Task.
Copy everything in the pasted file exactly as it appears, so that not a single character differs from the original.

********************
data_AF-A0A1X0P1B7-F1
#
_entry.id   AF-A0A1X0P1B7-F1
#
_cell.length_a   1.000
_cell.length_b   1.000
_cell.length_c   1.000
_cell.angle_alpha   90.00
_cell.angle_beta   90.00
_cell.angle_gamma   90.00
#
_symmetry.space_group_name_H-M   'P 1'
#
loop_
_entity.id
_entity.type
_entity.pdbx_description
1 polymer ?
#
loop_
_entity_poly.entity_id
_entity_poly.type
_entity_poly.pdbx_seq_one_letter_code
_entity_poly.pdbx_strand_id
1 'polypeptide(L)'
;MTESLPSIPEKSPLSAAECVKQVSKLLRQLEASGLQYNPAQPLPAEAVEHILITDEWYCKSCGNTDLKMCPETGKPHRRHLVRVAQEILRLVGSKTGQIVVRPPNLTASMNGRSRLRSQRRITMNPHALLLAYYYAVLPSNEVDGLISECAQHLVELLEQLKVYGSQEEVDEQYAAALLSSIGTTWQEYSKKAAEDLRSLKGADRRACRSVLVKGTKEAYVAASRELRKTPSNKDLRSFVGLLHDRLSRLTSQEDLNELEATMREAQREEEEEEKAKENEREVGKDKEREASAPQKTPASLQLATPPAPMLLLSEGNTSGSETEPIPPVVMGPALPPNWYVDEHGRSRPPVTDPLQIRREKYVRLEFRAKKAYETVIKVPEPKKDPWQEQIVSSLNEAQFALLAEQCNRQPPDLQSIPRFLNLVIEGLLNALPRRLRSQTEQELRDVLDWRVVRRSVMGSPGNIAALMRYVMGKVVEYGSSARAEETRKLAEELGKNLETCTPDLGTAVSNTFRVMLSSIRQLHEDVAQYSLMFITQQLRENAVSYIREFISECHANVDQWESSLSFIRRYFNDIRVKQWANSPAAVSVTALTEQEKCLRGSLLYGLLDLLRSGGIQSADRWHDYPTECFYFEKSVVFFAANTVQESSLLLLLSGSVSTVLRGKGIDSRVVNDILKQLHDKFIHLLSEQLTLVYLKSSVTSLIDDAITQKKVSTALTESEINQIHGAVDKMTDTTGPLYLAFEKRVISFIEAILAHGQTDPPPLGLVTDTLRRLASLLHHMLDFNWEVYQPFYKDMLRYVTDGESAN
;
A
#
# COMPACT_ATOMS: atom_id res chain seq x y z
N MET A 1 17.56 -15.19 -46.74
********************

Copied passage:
data_AF-A0A1X0P1B7-F1
#
_entry.id   AF-A0A1X0P1B7-F1
#
_cell.length_a   1.000
_cell.length_b   1.000
_cell.length_c   1.000
_cell.angle_alpha   90.00
_cell.angle_beta   90.00
_cell.angle_gamma   90.00
#
_symmetry.space_group_name_H-M   'P 1'
#
loop_
_entity.id
_entity.type
_entity.pdbx_description
1 polymer ?
#
loop_
_entity_poly.entity_id
_entity_poly.type
_entity_poly.pdbx_seq_one_letter_code
_entity_poly.pdbx_strand_id
1 'polypeptide(L)'
;MTESLPSIPEKSPLSAAECVKQVSKLLRQLEASGLQYNPAQPLPAEAVEHILITDEWYCKSCGNTDLKMCPETGKPHRRHLVRVAQEILRLVGSKTGQIVVRPPNLTASMNGRSRLRSQRRITMNPHALLLAYYYAVLPSNEVDGLISECAQHLVELLEQLKVYGSQEEVDEQYAAALLSSIGTTWQEYSKKAAEDLRSLKGADRRACRSVLVKGTKEAYVAASRELRKTPSNKDLRSFVGLLHDRLSRLTSQEDLNELEATMREAQREEEEEEKAKENEREVGKDKEREASAPQKTPASLQLATPPAPMLLLSEGNTSGSETEPIPPVVMGPALPPNWYVDEHGRSRPPVTDPLQIRREKYVRLEFRAKKAYETVIKVPEPKKDPWQEQIVSSLNEAQFALLAEQCNRQPPDLQSIPRFLNLVIEGLLNALPRRLRSQTEQELRDVLDWRVVRRSVMGSPGNIAALMRYVMGKVVEYGSSARAEETRKLAEELGKNLETCTPDLGTAVSNTFRVMLSSIRQLHEDVAQYSLMFITQQLRENAVSYIREFISECHANVDQWESSLSFIRRYFNDIRVKQWANSPAAVSVTALTEQEKCLRGSLLYGLLDLLRSGGIQSADRWHDYPTECFYFEKSVVFFAANTVQESSLLLLLSGSVSTVLRGKGIDSRVVNDILKQLHDKFIHLLSEQLTLVYLKSSVTSLIDDAITQKKVSTALTESEINQIHGAVDKMTDTTGPLYLAFEKRVISFIEAILAHGQTDPPPLGLVTDTLRRLASLLHHMLDFNWEVYQPFYKDMLRYVTDGESAN
;
A
#
# COMPACT_ATOMS: atom_id res chain seq x y z
N MET A 1 17.56 -15.19 -46.74